In Defense of Glee

Yes, I’ll admit it. I love Glee. It started Christmas of 2010, when I watched all 13 episodes of the first half of the premiere season in two days, and wondered what I’d been doing that fall that kept me separated from one of the funniest, most ridiculously perfect shows on television.

Verily, I wanted my hypothetical future children to learn their social lessons from this Ryan Murphy-spawned conglomeration of song, dance, and poignant preaching.

Lea Michele as Rachel Berry

Except this. My daughter’s not going to dress like some pervert’s Jewish version of Sailor Moon. (

So, we’re clear on the fact that I’m a Gleek, okay?

That established, the big news this week was a hissy fit by Internet nerd musician Jonathan Coulton, who Tweeted that his cover version of Sir Mix-A-Lot’s seminal classic “Baby Got Back” was being used for an upcoming episode of Glee, and he had not been asked permission by the show’s music producers.

I’ve heard of Coulton’s work before, while listening to a Spotify radio station begat of DaVinci’s Notebook of “Enormous Penis” fame. His songs are a mix of Richard Cheese/Weird Al-esque cover versions of popular music (like the “Baby Got Back” cover), and songs about Pluto feeling left out of the “planets” social clique.

Coulton is basically pissed that “his” song (a cover version, remember, which may or may not have any kind of legal protection on it) is being used without him being consulted first. Not that it’s being used at all, it seems, just that he wasn’t asked.

I’ll admit, the song is basically exactly the same. In Coulton’s version, he changes the classic line “Mix-A-Lot’s in trouble” to “Johnny C’s in trouble,” which is the same line used in Glee‘s version. So, yeah, it’s the same. But here’s where the whole nerd-cult-following-on-the-Internet thing becomes clear.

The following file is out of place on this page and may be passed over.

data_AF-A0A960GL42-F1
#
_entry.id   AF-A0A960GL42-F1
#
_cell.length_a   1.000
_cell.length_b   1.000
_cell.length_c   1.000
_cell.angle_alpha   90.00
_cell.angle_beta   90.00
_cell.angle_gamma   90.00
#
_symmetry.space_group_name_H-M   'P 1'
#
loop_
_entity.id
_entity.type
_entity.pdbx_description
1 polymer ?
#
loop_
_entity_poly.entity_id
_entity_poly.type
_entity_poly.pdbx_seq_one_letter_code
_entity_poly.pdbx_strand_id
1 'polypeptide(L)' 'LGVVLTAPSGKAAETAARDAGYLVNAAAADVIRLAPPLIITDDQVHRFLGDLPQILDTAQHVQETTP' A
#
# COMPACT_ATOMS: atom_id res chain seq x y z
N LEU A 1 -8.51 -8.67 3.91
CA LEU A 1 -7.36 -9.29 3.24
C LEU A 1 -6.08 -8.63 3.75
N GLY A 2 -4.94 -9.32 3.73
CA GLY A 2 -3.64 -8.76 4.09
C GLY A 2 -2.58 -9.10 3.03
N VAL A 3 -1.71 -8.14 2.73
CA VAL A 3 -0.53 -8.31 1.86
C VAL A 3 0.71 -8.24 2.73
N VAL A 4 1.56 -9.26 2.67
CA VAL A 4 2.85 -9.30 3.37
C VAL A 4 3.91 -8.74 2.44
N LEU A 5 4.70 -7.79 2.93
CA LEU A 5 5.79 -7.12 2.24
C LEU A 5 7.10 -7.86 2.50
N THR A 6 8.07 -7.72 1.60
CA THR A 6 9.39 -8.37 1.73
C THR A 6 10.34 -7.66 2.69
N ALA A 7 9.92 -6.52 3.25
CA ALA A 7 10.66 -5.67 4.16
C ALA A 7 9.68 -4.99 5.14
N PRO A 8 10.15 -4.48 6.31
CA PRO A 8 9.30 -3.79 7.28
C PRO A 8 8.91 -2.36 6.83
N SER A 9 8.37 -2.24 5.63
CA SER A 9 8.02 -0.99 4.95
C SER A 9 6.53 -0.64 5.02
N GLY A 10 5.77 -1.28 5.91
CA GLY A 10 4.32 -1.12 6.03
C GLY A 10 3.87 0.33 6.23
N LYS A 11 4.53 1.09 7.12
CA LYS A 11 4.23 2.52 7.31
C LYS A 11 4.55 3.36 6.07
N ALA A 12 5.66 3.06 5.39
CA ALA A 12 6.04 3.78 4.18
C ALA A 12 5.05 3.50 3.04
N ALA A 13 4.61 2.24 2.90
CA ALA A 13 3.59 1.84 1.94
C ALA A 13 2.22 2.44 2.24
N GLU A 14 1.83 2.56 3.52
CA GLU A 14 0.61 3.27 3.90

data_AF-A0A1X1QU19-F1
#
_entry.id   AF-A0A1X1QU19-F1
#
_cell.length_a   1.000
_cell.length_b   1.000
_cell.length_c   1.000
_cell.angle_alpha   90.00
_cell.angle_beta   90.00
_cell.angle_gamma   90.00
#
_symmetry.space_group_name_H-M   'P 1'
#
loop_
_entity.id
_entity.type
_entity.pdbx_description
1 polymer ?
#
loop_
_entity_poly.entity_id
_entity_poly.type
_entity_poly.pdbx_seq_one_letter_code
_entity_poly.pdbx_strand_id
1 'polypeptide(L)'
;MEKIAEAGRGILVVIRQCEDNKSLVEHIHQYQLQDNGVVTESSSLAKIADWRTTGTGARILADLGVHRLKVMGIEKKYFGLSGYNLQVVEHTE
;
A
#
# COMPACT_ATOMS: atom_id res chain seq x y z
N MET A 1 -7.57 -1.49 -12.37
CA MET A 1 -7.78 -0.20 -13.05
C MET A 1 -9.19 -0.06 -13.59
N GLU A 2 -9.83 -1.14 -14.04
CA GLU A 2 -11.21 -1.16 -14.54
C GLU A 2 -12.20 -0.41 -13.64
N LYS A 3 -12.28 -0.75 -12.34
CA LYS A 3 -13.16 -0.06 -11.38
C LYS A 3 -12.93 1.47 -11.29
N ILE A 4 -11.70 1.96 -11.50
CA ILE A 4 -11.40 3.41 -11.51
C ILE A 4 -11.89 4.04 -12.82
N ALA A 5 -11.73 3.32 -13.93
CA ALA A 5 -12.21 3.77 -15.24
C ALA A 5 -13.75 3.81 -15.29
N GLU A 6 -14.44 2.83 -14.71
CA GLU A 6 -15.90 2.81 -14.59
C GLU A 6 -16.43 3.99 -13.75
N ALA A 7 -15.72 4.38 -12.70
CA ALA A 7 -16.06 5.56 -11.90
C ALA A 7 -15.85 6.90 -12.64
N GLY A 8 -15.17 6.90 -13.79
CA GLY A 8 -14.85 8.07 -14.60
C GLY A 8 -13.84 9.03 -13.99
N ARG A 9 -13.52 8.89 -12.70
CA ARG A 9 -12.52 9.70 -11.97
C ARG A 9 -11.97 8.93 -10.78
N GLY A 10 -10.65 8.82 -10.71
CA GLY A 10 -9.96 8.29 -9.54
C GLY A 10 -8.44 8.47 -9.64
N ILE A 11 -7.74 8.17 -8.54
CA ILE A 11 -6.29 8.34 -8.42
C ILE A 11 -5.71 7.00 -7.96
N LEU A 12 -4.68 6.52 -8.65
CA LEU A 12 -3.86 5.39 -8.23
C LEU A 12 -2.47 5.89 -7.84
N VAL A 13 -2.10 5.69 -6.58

Like this, only with more angry hashtags. (The Express Tribune)

Big effing deal, nerd!

Coulton isn’t suing Fox for copyright infringement, or illegally using his song. He’s bitching about it on Twitter, to his 98,000-ish followers and their followers and so on and so forth. As of the writing of this post, that Tweet has been re-tweeted around 5,000 times, and made it into some news pages here and here among other places. The difference between those sites and me, though, is this:

There’s no question: Glee used his specific version. No, they apparently didn’t ask first. It’s not a question of “plagiarism,” it’s a matter of Coulton (and Fox, for that matter) being and having savvy publicists.

Glee uses controversy to boost ratings, like *every single* TV show. Remember this?

Your school was like this, right? (GQ – Terry Richardson)

And this?

And this?

And this?

Oh, and this?

Glee‘s producers love this kind of stuff. People in Coulton’s circles (who don’t have access to YouTube, I guess) will tune in to the show so they can properly express their righteous anger during the broadcast on Twitter.

The clever thing about Coulton’s response, though, is it doesn’t just involve his circles; it involves all Glee fans, a group which is demonstrably larger and more vocal than his own. Glee‘s official Twitter account, for example, has more than 1.7 million followers. The official Fox response so far (to this immense injustice!) has been silence, and rightly so: they don’t give a shit.

If you look at it from Coulton’s perspective, it’s a win-win. People who watch Glee, but don’t know who he is, will hear a song he (sort of) created, and will potentially become new fans. People who don’t watch Glee, but are his fans, are taking up (imaginary, largely useless) arms against the network, and are increasing visibility of both the show and the artist. People who don’t watch Glee, and don’t know who Coulton is, will sadly continue their sad existence.

Yes. This is Kansas City football.

People like me, who both watch the show and know the artist, then, are merely feeding the publicity machine…but isn’t that the fun part?

Here are the links to all three versions of the song, mostly because I want you to be able to hear the original.


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